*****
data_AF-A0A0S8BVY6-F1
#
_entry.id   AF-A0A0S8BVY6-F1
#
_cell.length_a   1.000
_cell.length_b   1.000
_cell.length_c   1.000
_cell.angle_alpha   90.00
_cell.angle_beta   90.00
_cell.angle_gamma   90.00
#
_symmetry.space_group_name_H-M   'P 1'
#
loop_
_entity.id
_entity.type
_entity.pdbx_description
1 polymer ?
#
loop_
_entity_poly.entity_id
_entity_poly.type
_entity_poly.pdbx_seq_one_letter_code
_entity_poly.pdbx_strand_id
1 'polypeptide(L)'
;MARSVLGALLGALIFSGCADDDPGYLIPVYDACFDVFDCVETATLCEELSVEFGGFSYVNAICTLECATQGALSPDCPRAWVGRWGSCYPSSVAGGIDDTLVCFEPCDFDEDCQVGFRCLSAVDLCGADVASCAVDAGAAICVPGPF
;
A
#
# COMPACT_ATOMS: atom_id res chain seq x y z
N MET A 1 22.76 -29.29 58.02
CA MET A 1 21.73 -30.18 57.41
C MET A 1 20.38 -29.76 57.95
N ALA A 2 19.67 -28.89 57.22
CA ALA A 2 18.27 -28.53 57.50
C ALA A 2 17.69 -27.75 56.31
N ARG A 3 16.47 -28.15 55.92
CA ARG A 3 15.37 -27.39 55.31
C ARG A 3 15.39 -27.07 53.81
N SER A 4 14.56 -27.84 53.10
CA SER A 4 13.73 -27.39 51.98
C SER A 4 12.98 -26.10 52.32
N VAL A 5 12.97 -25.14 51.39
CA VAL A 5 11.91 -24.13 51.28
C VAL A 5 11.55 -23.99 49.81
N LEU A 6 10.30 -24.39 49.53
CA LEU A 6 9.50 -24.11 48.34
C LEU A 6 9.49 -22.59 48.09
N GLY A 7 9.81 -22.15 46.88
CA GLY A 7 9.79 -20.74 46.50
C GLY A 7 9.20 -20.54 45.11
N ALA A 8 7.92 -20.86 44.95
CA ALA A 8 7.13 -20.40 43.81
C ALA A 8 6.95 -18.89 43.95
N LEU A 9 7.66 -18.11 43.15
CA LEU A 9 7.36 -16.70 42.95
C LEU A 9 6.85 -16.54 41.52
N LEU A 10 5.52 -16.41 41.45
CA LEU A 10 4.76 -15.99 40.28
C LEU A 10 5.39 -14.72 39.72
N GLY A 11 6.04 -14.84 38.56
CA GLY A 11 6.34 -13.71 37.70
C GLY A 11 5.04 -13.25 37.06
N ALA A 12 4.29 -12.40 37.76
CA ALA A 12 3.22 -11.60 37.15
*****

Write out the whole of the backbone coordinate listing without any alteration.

data_AF-A0A0S8BVY6-F1
#
_entry.id   AF-A0A0S8BVY6-F1
#
_cell.length_a   1.000
_cell.length_b   1.000
_cell.length_c   1.000
_cell.angle_alpha   90.00
_cell.angle_beta   90.00
_cell.angle_gamma   90.00
#
_symmetry.space_group_name_H-M   'P 1'
#
loop_
_entity.id
_entity.type
_entity.pdbx_description
1 polymer ?
#
loop_
_entity_poly.entity_id
_entity_poly.type
_entity_poly.pdbx_seq_one_letter_code
_entity_poly.pdbx_strand_id
1 'polypeptide(L)'
;MARSVLGALLGALIFSGCADDDPGYLIPVYDACFDVFDCVETATLCEELSVEFGGFSYVNAICTLECATQGALSPDCPRAWVGRWGSCYPSSVAGGIDDTLVCFEPCDFDEDCQVGFRCLSAVDLCGADVASCAVDAGAAICVPGPF
;
A
#
# COMPACT_ATOMS: atom_id res chain seq x y z
N MET A 1 22.76 -29.29 58.02
CA MET A 1 21.73 -30.18 57.41
C MET A 1 20.38 -29.76 57.95
N ALA A 2 19.67 -28.89 57.22
CA ALA A 2 18.27 -28.53 57.50
C ALA A 2 17.69 -27.75 56.31
N ARG A 3 16.47 -28.15 55.92
CA ARG A 3 15.37 -27.39 55.31
C ARG A 3 15.39 -27.07 53.81
N SER A 4 14.56 -27.84 53.10
CA SER A 4 13.73 -27.39 51.98
C SER A 4 12.98 -26.10 52.32
N VAL A 5 12.97 -25.14 51.39
CA VAL A 5 11.91 -24.13 51.28
C VAL A 5 11.55 -23.99 49.81
N LEU A 6 10.30 -24.39 49.53
CA LEU A 6 9.50 -24.11 48.34
C LEU A 6 9.49 -22.59 48.09
N GLY A 7 9.81 -22.15 46.88
CA GLY A 7 9.79 -20.74 46.50
C GLY A 7 9.20 -20.54 45.11
N ALA A 8 7.92 -20.86 44.95
CA ALA A 8 7.13 -20.40 43.81
C ALA A 8 6.95 -18.89 43.95
N LEU A 9 7.66 -18.11 43.15
CA LEU A 9 7.36 -16.70 42.95
C LEU A 9 6.85 -16.54 41.52
N LEU A 10 5.52 -16.41 41.45
CA LEU A 10 4.76 -15.99 40.28
C LEU A 10 5.39 -14.72 39.72
N GLY A 11 6.04 -14.84 38.56
CA GLY A 11 6.34 -13.71 37.70
C GLY A 11 5.04 -13.25 37.06
N ALA A 12 4.29 -12.40 37.76
CA ALA A 12 3.22 -11.60 37.15